Pixar have far and away established themselves as the kings of the cineamtic short film. One of these is shown before all of their feature releases, and in recent years, the likes of Day & Night, The Blue Umbrella, Sanjay's Super Team and Piper have recently enraptured audiences of all ages. But the latest Pixar short film, Borrowed Time, is firmly one for the adults, because it's a solemn, moody and depressing take on the Western. It's also, as you'd expect, thoroughly sensational, too. Take a look at it below.
Where do you even start to revel in this glory? First of all, there's the structure, which, despite Borrowed Time's brevity, is so perfectly constructed that in just six minutes and forty seconds it packs in more bona-fide emotion, action and visceral beauty than most mainstream productions manage in two hours. The Pixar film goes back and forth between the Sheriff as a young boy alongside his father as they're involved in a wagon chase with a bandit, and the Sheriff as an old, weathered man that's still haunted by the incident.
As it builds and builds, Borrowed Time includes a scene of upmost suspense, as the Sheriff's father dangles over the side of the cliff, and the haunting revelation that he was the one that accidentally killed his own pops when he pulled the trigger on the gun that he was using to pull him back to safety. Obviously it's a mistake that then ravages the Sheriff for the rest of his days. So much so that he contemplates taking his own life in the exact same spot where his own father died.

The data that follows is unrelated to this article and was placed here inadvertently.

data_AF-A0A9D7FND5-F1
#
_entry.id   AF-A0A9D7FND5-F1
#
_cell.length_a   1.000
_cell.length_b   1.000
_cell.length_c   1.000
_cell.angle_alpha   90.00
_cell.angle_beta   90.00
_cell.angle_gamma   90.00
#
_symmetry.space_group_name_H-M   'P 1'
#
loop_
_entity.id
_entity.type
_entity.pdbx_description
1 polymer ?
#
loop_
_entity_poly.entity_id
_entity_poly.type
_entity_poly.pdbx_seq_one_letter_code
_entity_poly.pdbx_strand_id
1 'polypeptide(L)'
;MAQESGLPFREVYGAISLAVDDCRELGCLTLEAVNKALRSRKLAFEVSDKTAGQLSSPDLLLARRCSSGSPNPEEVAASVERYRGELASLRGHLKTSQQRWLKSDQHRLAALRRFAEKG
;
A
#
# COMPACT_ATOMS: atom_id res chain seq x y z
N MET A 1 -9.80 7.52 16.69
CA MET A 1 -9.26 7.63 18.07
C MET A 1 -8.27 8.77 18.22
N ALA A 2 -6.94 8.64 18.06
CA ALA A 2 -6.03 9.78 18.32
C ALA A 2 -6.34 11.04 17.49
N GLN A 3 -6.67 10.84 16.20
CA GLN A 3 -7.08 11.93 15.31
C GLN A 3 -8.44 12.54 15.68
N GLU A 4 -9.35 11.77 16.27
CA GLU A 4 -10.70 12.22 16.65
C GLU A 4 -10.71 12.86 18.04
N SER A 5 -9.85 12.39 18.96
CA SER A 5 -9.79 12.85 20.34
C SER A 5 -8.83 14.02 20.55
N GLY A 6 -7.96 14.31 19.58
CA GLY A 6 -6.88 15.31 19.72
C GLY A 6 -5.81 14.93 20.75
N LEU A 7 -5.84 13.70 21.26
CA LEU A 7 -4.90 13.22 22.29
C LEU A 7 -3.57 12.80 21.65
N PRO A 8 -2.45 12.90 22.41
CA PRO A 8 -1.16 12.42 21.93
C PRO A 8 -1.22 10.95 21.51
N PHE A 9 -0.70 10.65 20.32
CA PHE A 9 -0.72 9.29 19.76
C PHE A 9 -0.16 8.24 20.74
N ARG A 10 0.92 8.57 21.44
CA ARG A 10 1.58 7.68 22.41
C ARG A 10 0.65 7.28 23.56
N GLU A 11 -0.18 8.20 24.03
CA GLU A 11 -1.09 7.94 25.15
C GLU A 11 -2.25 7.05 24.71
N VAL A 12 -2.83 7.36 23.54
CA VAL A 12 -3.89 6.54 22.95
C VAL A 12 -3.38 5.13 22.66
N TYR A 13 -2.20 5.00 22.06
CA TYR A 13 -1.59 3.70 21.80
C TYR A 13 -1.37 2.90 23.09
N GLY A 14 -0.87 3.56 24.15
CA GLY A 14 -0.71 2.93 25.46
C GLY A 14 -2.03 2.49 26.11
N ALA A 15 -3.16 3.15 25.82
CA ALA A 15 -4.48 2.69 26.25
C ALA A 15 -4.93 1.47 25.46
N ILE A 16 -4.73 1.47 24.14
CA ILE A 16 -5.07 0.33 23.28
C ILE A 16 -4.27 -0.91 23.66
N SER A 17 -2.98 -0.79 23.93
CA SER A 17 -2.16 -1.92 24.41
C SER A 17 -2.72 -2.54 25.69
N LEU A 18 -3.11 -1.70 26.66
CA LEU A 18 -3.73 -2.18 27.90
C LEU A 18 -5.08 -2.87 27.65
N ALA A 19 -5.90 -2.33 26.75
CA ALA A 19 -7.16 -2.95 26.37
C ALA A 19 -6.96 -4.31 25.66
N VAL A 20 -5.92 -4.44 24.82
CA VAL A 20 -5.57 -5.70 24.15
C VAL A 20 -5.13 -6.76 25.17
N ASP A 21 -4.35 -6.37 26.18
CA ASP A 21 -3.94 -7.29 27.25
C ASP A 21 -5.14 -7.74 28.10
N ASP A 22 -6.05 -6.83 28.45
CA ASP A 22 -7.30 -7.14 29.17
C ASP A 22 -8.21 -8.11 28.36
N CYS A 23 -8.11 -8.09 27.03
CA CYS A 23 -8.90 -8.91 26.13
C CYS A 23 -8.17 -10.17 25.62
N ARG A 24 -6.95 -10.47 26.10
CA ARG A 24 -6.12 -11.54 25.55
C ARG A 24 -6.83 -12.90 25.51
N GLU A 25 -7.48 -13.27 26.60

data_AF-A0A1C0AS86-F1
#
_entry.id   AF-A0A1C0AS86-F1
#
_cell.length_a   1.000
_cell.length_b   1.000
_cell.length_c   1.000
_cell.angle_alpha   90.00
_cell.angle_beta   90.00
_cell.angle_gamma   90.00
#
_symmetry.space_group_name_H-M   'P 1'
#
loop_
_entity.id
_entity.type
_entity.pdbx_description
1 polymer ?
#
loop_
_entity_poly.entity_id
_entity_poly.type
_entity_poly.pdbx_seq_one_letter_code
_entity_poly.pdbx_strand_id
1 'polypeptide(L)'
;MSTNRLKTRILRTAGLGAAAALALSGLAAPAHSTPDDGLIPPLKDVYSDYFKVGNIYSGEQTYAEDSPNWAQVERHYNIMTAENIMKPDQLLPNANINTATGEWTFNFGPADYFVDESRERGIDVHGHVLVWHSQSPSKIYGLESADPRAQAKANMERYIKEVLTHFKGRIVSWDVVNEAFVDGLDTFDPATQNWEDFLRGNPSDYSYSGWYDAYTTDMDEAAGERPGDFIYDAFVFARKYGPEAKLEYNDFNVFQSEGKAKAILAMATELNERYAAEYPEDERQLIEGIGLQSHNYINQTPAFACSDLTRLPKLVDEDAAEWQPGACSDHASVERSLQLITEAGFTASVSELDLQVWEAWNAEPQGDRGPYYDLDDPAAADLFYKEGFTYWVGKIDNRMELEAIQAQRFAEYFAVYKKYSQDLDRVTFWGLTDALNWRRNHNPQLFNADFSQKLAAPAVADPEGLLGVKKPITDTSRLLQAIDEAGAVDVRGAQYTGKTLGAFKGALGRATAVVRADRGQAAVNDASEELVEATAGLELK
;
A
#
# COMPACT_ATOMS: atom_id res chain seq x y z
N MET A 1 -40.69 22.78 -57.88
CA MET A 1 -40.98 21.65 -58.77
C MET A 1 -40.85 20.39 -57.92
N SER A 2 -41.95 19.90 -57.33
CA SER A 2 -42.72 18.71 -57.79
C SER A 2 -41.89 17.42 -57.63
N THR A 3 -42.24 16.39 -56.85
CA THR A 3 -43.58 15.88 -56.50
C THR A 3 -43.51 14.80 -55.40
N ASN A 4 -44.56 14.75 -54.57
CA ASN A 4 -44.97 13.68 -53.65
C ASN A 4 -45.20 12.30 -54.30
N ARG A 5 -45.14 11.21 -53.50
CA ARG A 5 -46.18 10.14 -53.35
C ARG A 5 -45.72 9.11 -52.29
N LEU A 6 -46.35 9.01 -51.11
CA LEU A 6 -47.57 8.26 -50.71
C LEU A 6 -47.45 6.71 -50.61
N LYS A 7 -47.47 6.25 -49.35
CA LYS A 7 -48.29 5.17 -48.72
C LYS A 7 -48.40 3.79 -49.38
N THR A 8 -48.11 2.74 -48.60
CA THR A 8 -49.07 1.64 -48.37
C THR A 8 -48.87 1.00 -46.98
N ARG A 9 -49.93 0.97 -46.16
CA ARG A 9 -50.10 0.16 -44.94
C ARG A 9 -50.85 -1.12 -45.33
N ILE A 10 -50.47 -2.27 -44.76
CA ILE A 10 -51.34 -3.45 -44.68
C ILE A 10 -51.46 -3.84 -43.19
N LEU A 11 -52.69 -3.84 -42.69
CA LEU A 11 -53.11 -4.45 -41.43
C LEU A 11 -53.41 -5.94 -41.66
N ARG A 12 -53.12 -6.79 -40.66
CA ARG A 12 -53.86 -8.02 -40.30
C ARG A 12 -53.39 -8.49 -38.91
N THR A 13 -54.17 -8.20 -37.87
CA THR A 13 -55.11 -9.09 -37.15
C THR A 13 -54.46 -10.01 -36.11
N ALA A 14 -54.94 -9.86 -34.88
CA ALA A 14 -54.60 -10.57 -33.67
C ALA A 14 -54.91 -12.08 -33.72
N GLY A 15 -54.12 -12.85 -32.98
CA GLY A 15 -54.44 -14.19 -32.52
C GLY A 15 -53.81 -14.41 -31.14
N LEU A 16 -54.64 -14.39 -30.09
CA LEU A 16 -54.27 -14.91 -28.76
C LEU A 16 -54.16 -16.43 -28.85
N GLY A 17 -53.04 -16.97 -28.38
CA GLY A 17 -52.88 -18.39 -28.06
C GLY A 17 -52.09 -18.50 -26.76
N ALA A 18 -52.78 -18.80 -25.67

In classic Pixar fashion, though, Borrowed Time twists and turns on a dime, and the animation provides the story with a smoothness, and takes it to places that shooting in live-action wouldn't have allowed. However, while most of the film is dank and depressing (but in a thoroughly captivating fashion), it wouldn't be Pixar without a ray of sunshine that provides hope.
That comes when the Sheriff finds the old watch that used to belong to his father, and which flew out of his pocket when he accidentally blew him away. Just seeing it convinces the Sheriff to carry on. Then Borrowed Time ends on a shot of just the most beautiful sunset, all while the Oscar winner Gustavo Santaolalla's music manages to elevate the moment beyond perfection.
Directors Andrew Coats and Lou Hamou-Lhadj, as well as producer Amanda Deering-Jones, have also released a making-of featurette for Borrowed Time, which reveals that it was specifically made to defy the idea that animation itself is a genre and that it should be watched just by kids. You can check out this featurette below: